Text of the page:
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Texans get preview of potential high court changes to Roe v. Wade

By Roz Brown

Texas News Service

AUSTIN, Texas — New Mexico and Colorado are likely to become major destinations for Texas women seeking an abortion if the conservative majority on the U.S. Supreme Court overturns the 1973 Roe versus Wade decision.

Aimee Arrambide, executive director for NARAL Pro-Choice Texas said women there already had a preview of what future abortion access could look like when the governor and attorney general used COVID-19 quarantine measures to block access to abortion care under the guise of public health.

“So for about a month, abortion was completely inaccessible in Texas,” Arrambide explained. “And what we saw is an increase in Texans traveling to states where it was more accessible, like New Mexico or Colorado.”

Ten states, including Texas, currently have abortion “trigger laws,” meaning abortion bans or restrictions that are unenforceable now but designed to go into effect if constitutional precedent changes.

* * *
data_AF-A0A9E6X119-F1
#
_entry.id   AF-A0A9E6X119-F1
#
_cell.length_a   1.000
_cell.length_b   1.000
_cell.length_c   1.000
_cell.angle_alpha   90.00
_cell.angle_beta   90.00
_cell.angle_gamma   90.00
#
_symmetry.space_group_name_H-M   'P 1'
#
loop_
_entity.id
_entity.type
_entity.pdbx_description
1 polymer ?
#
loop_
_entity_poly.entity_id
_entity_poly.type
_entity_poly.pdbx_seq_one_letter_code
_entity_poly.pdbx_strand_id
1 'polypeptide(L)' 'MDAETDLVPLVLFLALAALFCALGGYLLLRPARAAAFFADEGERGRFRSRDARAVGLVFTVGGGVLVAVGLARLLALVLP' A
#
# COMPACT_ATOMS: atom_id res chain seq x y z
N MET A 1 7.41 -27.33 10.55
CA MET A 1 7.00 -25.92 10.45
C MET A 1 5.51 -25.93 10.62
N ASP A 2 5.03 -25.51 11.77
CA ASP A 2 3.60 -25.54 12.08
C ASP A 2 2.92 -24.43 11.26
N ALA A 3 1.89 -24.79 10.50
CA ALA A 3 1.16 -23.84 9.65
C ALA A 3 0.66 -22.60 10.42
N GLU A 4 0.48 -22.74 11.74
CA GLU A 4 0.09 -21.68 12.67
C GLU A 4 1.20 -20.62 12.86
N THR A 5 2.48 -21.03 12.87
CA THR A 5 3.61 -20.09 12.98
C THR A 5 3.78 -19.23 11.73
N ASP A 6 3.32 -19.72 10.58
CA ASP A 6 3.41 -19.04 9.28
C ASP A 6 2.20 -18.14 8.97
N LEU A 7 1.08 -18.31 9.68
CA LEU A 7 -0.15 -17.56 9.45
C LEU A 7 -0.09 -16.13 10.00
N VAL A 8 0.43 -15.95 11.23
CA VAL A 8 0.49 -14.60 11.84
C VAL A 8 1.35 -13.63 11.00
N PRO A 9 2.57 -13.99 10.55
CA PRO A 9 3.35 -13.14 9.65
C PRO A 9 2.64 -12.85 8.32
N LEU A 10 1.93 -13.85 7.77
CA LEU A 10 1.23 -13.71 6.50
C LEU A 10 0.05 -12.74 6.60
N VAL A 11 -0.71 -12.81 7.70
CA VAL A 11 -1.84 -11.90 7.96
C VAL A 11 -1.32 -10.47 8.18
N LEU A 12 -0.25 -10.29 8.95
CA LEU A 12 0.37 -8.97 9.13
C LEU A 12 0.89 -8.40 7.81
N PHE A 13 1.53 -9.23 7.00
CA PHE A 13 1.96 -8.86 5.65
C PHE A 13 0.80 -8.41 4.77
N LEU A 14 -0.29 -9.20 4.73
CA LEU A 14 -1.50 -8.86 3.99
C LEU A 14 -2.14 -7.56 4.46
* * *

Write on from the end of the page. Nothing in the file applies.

Brandi Collins-Calhoun, senior movement engagement associate for the National Committee for Responsive Philanthropy, noted abortion rights activists across the nation projected a post-Roe world since the appointment of anti-abortion justice Amy Coney Barrett to the U.S. Supreme Court.

“We’ve been using language around when Roe gets overturned because it’s something that has always seemed inevitable to us,” Collins-Calhoun remarked. “But now it’s certain that it’s going to happen.”

Arrambide contended the Texas Legislature is controlled by anti-abortion legislators who don’t acknowledge what severe restrictions will mean for women’s access to health care.

“One in four people will have an abortion in our lifetime, but because of the stigma surrounding abortion, that’s not really front and center,” Arrambide asserted. “The anti-abortion people use the word abortion four-to-one times more than our side does, and I think that helps contribute to the stigma.”

The Texas Legislature is set to convene mid-January, and a Senate committee previewed bills this week it plans to introduce including a “heartbeat bill” to ban abortions once a fetal heartbeat can be detected.